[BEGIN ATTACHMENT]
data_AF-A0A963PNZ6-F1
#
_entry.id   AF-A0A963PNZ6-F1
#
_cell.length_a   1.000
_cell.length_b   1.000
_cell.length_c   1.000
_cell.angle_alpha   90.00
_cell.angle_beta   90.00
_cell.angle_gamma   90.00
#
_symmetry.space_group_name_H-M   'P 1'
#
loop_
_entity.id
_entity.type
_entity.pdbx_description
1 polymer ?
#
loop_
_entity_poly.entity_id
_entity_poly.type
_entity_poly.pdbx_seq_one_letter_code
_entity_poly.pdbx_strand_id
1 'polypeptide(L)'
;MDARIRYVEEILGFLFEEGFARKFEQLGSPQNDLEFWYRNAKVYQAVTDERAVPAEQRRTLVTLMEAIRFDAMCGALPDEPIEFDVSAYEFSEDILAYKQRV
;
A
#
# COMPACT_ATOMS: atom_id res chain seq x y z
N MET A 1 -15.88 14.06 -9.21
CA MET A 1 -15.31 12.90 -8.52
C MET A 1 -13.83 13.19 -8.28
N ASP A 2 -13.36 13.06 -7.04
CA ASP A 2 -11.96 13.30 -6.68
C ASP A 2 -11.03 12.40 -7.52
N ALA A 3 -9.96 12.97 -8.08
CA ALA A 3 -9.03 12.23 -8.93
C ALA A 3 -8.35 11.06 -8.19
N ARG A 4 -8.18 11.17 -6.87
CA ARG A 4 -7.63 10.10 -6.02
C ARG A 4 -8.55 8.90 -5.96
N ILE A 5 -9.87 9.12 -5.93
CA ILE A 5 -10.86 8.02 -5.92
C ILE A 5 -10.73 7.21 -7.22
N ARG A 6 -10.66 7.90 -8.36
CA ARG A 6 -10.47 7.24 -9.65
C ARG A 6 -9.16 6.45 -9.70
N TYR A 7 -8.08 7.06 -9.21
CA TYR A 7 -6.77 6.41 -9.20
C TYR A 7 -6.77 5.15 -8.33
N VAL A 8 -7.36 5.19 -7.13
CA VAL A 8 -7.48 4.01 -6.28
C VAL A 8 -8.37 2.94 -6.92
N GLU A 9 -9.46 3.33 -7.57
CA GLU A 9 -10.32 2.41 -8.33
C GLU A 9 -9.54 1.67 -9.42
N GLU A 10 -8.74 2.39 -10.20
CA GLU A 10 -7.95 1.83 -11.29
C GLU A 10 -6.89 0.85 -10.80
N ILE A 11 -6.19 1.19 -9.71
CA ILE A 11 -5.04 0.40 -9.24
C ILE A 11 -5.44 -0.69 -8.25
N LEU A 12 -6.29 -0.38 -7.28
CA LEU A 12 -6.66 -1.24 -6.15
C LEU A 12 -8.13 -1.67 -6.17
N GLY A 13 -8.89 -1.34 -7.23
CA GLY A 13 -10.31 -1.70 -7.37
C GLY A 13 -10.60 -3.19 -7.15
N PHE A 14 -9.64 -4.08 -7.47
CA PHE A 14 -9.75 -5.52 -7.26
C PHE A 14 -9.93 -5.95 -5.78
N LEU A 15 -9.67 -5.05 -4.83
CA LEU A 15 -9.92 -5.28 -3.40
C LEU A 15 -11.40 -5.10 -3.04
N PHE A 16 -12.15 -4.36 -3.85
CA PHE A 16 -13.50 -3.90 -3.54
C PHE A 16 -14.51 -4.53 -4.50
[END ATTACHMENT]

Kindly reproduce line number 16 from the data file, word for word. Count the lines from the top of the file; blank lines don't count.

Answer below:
_entity.type